- Associated Press - Thursday, April 13, 2017

GREENWOOD, Miss. (AP) - Shelbi Lamb has been preparing for Easter since January, carrying on a longtime Greenwood tradition that was started by her husband’s grandmother, the late Gladys Lamb.

Eggs by Gladys are sugar eggs featuring piped-on royal icing in pastel shades of pink, blue, green and yellow. The eggs come in three sizes, with detailed piping of royal icing roses and flowers on the outside of the shell. Nestled inside the medium eggs are bunnies, chicks, carrots and glittered Easter eggs.

“It’s just kind of a part of Easter here,” said Shelbi.

The art has been around since the Victorian era and is based on the jeweled eggs of Faberge. Rather than sparkling with rubies and diamonds like the Faberge eggs, the Easter confections are made of sugar and water. Gladys Lamb made the eggs for about 40 years, and she taught Shelbi to make them a few years ago.

Shelbi, a Greenwood native, received her first egg when she began dating Gladys‘ grandson, Andrew, while still in high school.

Shelbi and Gladys bonded quickly over a shared interest in arts and crafts.

“She painted. She baked and sold cakes,” Shelbi said. “She could do it all.”

In her late 80s, Gladys made the eggs sparingly. In 2013, however, Mississippi Magazine approached Gladys about publishing a story about her craft.

“She was excited about doing that, so I told her I would help her that year making the eggs,” said Shelbi.

Gladys taught her grandson’s wife all the ins and outs of making sugar eggs, from molding the shells made of sugar and water to making the royal icing with powdered sugar, water and meringue powder to the detailed pipework.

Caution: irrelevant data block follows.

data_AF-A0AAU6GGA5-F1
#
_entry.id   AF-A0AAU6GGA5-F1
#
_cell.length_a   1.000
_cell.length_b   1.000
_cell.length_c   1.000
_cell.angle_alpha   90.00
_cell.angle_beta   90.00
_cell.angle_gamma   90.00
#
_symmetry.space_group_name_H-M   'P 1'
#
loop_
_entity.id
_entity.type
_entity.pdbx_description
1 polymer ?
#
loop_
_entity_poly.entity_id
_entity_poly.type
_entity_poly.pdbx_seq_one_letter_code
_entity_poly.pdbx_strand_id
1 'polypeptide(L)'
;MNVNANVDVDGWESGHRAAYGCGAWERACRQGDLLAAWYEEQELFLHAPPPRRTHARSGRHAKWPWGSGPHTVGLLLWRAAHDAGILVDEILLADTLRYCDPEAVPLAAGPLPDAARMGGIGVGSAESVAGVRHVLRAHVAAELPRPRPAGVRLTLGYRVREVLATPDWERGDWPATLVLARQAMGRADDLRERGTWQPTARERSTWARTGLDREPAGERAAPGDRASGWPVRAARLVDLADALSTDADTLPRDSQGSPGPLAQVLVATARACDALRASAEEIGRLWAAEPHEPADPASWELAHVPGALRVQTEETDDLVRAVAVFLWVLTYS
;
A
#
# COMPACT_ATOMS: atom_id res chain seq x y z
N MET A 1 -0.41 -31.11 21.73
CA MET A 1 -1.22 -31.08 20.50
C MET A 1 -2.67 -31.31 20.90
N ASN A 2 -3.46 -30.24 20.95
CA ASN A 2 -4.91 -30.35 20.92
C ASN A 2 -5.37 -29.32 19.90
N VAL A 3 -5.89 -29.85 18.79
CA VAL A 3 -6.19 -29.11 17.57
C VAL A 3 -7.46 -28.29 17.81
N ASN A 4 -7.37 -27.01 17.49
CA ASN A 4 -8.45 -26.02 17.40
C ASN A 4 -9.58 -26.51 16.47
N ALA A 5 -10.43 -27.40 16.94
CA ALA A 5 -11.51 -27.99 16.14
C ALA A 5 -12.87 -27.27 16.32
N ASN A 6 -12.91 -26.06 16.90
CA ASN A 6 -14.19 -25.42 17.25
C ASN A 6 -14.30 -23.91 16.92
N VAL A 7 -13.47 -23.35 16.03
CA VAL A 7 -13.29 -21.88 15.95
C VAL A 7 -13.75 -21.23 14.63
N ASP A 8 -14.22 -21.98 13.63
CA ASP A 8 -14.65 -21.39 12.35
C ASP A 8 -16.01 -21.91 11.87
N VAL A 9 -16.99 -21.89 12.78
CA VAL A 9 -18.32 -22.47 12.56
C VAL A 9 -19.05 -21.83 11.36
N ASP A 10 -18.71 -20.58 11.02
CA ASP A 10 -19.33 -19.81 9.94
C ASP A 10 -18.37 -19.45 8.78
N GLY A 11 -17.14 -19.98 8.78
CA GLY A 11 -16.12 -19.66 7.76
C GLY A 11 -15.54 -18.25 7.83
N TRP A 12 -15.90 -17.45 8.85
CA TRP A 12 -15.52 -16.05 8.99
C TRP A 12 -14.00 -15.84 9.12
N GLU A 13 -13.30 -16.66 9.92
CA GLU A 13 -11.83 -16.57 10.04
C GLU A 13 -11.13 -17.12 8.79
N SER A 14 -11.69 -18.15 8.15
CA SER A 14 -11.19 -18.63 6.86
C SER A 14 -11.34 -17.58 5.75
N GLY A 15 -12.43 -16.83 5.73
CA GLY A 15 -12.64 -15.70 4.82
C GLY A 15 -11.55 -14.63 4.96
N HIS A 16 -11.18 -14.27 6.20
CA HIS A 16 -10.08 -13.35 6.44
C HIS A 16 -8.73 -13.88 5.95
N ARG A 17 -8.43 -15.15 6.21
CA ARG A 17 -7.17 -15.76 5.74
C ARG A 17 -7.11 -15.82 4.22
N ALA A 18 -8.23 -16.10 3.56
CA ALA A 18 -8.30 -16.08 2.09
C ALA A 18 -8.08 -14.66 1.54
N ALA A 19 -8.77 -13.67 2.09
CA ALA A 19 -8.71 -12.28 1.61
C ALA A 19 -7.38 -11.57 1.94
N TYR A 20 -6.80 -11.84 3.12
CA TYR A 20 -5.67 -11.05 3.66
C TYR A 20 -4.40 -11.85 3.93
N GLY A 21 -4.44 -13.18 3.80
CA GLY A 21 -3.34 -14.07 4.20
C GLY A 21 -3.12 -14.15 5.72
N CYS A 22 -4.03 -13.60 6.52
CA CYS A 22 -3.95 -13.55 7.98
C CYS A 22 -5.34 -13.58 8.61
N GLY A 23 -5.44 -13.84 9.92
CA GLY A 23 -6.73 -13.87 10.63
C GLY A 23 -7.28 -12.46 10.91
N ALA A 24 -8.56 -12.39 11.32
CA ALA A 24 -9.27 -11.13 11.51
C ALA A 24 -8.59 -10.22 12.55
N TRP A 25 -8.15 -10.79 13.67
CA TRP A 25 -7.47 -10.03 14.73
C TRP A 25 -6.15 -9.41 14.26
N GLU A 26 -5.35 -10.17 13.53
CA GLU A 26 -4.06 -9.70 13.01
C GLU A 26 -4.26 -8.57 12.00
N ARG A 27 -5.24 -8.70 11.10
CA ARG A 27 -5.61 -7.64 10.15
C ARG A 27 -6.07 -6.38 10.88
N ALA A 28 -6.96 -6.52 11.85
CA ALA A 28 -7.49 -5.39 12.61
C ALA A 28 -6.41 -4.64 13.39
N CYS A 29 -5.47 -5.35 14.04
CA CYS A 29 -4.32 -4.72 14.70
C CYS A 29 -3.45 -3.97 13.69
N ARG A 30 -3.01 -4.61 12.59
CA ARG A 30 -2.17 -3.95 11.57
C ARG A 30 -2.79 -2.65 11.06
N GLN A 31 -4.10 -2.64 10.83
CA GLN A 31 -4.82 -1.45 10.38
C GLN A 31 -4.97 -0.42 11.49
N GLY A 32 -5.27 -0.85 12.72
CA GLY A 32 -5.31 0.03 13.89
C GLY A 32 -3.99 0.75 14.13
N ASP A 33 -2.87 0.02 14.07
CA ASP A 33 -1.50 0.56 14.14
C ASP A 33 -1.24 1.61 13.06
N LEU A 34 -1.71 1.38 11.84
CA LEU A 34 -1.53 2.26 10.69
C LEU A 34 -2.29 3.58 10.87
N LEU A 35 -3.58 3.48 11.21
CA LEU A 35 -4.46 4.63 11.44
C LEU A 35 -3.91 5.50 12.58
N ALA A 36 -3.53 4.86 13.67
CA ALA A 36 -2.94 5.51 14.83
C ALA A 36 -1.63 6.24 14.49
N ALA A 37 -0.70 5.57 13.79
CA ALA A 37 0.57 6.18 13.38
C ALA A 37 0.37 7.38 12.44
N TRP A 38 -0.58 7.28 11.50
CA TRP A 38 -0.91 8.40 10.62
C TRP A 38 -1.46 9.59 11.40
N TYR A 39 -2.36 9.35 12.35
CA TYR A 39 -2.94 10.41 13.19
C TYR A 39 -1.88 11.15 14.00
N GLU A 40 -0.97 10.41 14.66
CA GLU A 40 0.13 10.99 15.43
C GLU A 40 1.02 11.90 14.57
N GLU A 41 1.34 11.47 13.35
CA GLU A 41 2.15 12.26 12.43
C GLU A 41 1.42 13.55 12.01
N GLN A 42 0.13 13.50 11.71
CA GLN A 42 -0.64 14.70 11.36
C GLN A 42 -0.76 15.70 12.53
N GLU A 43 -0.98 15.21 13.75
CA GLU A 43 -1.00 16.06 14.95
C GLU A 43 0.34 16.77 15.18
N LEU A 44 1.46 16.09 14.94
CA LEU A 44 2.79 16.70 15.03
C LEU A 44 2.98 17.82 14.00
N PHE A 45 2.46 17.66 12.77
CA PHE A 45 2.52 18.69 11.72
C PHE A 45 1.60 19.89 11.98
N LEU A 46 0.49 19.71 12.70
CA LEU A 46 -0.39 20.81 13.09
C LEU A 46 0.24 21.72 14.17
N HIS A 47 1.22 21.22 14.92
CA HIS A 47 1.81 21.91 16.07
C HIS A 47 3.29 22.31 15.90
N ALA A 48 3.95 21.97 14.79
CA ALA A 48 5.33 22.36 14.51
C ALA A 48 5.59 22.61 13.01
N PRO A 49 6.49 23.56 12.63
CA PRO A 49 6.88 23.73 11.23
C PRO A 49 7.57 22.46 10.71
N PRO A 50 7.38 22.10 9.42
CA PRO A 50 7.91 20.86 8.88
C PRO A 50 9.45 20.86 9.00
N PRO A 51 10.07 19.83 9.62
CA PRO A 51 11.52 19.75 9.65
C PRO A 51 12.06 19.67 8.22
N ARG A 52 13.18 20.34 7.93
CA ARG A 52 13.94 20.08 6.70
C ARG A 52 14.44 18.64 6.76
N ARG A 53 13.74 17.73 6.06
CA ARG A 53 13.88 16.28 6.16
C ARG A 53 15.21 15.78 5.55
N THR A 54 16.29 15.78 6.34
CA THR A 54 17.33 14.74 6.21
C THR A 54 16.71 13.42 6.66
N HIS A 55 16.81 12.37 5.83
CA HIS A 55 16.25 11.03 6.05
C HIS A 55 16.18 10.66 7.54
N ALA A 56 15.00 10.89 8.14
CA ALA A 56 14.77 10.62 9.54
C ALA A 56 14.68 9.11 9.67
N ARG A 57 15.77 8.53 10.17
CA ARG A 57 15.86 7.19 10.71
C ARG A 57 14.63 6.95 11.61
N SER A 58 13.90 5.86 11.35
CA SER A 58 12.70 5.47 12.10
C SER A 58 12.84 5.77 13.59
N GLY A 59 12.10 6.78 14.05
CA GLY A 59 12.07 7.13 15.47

Shortly after the article about Eggs by Gladys was published, Gladys had pneumonia and was hospitalized.

“We started getting all these orders from all over Mississippi,” said Shelbi.

Since Shelbi was the only other person in the family who knew how to make the Easter decorations, her mother-in-law and father-in-law brought Gladys‘ sugar egg tools to her home. That year, more than 300 eggs were purchased.

“I think that was the most we have ever sold,” Shelbi said. “I?had never done piping work before, and I can remember the first year my hand would cramp, and I thought, ‘I don’t know how she did this.’ I told her, ‘I have a new-found appreciation for you.’”

Once Gladys got out of the hospital, she helped Shelbi by piping the flowers. “She would call me and say, ‘I’ve got some flowers ready,’ and I would run over and pick up a box of flowers,” Shelbi said.

Gladys passed away during the week of Easter two years ago. With encouragement from her husband’s family and from people who have been collecting the eggs, Shelbi felt it was important to continue making Gladys‘ sugar eggs.

“Every year, I?say I’m just going to make a few, and then it’s 200 later,” Shelbi said with a laugh.

This Easter, Shelbi is shipping about 200 sugar eggs throughout Mississippi and to several locations out of state, including Texas and New York. She gets help from her husband and their three children, Drew, Macy and Tribble. Shelbi said the most special eggs to her are ones made by Gladys.

“I have a friend who texted me a picture of eggs she had gotten, and she said, ‘My mom got these for my children when I?was pregnant.’ Her twins are now seniors in high school,” Shelbi said. “That’s so neat to see those eggs that had been around for years and how they were so special to her.”

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Information from: The Greenwood Commonwealth, https://www.gwcommonwealth.com

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